Parramatta Eels back-rower Isaiah Papali'i has been a picture of calm in the lead-up to his first grand final appearance, claiming both he and the club are determined to maintain the routine that has brought them to the cusp of glory and not buy into the media hype during a historic grand final week.

“This whole week's different. It's not our usual game, but we know what's on the line,” Papali'i told Zero Tackle.

“I don't want to get caught up in the hype, because I know what's been working for us. We want to keep our routine pretty much the same.

“If we get too hyped then we just get caught up in the week and come game day we'll be out of energy. I'm just trying to take a relaxed approach.”

It's in stark contrast to the club's preliminary final win, where Papali'i felt the full wrath of Jason Taumalolo in a fiery and clearly personal contest, including a dangerous shot that saw the Cowboys star spend time in the sin-bin.

Papali'i knew immediately what was ahead of him – and it's the perfect preparation for the task that lies ahead this week in Penrith wrecking ball Viliame Kikau.

“I noticed (he was after me) as soon as kick-off,” Papali'i recalled.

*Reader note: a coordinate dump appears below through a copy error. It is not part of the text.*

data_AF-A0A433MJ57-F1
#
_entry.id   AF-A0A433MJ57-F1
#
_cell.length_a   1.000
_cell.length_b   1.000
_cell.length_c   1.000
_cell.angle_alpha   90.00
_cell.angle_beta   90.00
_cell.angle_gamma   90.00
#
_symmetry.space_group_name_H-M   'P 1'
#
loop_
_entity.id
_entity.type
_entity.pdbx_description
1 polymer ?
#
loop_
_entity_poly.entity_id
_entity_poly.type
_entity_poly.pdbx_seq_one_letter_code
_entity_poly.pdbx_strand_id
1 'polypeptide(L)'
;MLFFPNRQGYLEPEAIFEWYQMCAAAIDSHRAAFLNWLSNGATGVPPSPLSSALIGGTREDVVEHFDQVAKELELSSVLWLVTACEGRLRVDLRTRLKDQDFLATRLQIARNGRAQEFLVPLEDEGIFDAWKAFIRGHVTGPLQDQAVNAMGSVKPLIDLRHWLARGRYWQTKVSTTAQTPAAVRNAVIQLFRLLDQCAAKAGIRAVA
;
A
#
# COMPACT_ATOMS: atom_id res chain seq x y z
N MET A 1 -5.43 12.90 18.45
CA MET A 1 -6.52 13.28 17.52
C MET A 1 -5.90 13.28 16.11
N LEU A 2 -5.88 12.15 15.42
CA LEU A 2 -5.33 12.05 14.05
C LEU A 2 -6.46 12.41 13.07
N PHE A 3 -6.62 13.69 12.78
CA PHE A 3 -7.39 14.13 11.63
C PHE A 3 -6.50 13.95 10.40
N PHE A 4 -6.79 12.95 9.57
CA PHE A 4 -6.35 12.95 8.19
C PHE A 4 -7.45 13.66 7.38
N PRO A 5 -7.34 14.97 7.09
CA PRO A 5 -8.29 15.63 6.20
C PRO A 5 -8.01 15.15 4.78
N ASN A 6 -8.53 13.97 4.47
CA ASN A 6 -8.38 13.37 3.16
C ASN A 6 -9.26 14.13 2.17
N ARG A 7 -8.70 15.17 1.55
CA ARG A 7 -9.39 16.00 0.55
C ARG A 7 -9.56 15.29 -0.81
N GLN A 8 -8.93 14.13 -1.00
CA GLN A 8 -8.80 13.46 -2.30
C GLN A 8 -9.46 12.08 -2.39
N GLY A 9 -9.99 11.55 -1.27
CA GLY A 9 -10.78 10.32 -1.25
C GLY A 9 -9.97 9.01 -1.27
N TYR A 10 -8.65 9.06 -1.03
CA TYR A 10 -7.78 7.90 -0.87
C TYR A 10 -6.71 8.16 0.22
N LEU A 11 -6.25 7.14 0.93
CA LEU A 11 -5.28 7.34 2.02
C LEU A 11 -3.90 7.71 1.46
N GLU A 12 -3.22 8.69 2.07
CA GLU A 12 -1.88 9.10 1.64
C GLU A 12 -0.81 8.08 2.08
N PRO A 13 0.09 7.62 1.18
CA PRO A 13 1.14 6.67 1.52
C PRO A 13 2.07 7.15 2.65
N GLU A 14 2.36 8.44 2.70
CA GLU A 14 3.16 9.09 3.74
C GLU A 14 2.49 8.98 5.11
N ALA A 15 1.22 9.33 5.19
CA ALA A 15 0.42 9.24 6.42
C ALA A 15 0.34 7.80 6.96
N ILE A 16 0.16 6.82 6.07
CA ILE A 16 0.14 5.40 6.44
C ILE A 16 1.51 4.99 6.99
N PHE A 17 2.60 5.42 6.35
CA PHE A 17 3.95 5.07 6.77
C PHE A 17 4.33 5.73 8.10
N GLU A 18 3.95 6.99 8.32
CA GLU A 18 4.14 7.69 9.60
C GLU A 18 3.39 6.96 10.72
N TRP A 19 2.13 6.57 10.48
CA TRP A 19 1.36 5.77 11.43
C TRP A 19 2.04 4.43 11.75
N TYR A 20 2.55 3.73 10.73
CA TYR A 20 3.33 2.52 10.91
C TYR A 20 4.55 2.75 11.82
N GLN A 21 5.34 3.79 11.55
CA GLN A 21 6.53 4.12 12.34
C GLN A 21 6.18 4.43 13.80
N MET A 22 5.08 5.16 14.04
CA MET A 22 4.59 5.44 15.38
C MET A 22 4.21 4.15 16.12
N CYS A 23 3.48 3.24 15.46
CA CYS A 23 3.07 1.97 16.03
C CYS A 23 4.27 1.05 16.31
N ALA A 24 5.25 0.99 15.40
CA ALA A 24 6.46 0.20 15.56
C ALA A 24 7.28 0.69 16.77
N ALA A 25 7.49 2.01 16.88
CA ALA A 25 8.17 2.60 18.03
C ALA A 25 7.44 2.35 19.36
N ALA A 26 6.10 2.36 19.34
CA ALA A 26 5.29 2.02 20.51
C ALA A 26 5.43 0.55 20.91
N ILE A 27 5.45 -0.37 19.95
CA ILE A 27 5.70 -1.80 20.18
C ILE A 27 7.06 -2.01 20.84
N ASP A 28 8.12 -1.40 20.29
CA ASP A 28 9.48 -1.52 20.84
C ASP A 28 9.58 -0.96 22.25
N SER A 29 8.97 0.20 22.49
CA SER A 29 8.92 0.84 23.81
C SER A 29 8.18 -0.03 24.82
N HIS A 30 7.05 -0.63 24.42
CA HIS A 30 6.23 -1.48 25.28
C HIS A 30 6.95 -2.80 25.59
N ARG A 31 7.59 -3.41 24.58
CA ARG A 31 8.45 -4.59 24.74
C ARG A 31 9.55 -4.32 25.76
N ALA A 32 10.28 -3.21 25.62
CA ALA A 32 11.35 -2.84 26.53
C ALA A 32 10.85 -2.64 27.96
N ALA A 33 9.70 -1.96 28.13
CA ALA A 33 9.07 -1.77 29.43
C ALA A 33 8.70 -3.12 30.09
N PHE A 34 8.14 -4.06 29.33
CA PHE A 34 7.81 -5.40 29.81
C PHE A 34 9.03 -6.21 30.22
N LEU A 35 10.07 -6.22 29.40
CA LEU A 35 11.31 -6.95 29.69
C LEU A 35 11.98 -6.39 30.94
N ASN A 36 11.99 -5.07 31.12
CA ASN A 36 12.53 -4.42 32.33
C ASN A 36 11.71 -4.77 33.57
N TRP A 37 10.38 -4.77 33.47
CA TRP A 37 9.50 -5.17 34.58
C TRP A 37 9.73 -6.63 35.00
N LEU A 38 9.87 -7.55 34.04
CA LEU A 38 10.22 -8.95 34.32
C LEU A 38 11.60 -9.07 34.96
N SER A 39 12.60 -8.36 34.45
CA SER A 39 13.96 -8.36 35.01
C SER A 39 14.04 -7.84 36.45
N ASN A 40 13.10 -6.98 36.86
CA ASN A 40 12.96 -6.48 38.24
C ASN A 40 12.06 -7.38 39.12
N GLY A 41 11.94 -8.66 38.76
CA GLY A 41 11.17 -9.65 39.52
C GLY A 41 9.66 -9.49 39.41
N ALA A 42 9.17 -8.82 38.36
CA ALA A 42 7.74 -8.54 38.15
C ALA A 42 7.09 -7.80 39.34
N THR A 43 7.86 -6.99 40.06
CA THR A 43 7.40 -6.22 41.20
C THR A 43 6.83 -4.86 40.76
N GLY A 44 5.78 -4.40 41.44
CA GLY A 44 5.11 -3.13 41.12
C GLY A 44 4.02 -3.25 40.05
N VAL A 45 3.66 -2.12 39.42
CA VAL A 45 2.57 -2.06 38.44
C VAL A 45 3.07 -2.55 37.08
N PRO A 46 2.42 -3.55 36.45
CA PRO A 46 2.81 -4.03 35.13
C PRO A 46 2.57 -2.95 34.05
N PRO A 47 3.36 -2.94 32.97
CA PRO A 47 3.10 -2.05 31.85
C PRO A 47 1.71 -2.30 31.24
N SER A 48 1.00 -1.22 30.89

“I realised ‘oh, I've actually got to get my body in front of him here'.

“It was because of what I said in the media last week about challenging myself against him. He must have got a hold of that and put it in the back of his mind going out there.

“I enjoyed the battle. He's a world-class player, everyone knows that. He had an awesome game.

“He was definitely targeting me, but it's all part of the fun and I enjoyed the challenge, even when he got me with that tackle.”

Despite his incredible form in the lead-up to what is likely to be his last game in blue and gold, Papali'i has spent the past few weeks being hounded about whether or not he'll fulfil his decision to move to Wests Tigers at season's end.

That speculation has been put to bed - for now at least - by coach Brad Arthur, who confirmed this week that Papali'i would depart - although some will no doubt remain sceptical.

While you could understand a regular person growing increasingly frustrated at the constant interrogation, the 24-year-old wasn't phased in the slightest.

"One more week!" he jokingly exclaimed when asked if he was looking forward to the end of the questions.

“Nah, it doesn't bother me - I got asked about it, I said what I've been saying all this time, and then it just goes back to normal and I talk about other things.

“I've been able to not focus on it. I've got my agent there and we have a dialogue, we talk all the time. That's who I go to if anything's on my mind.”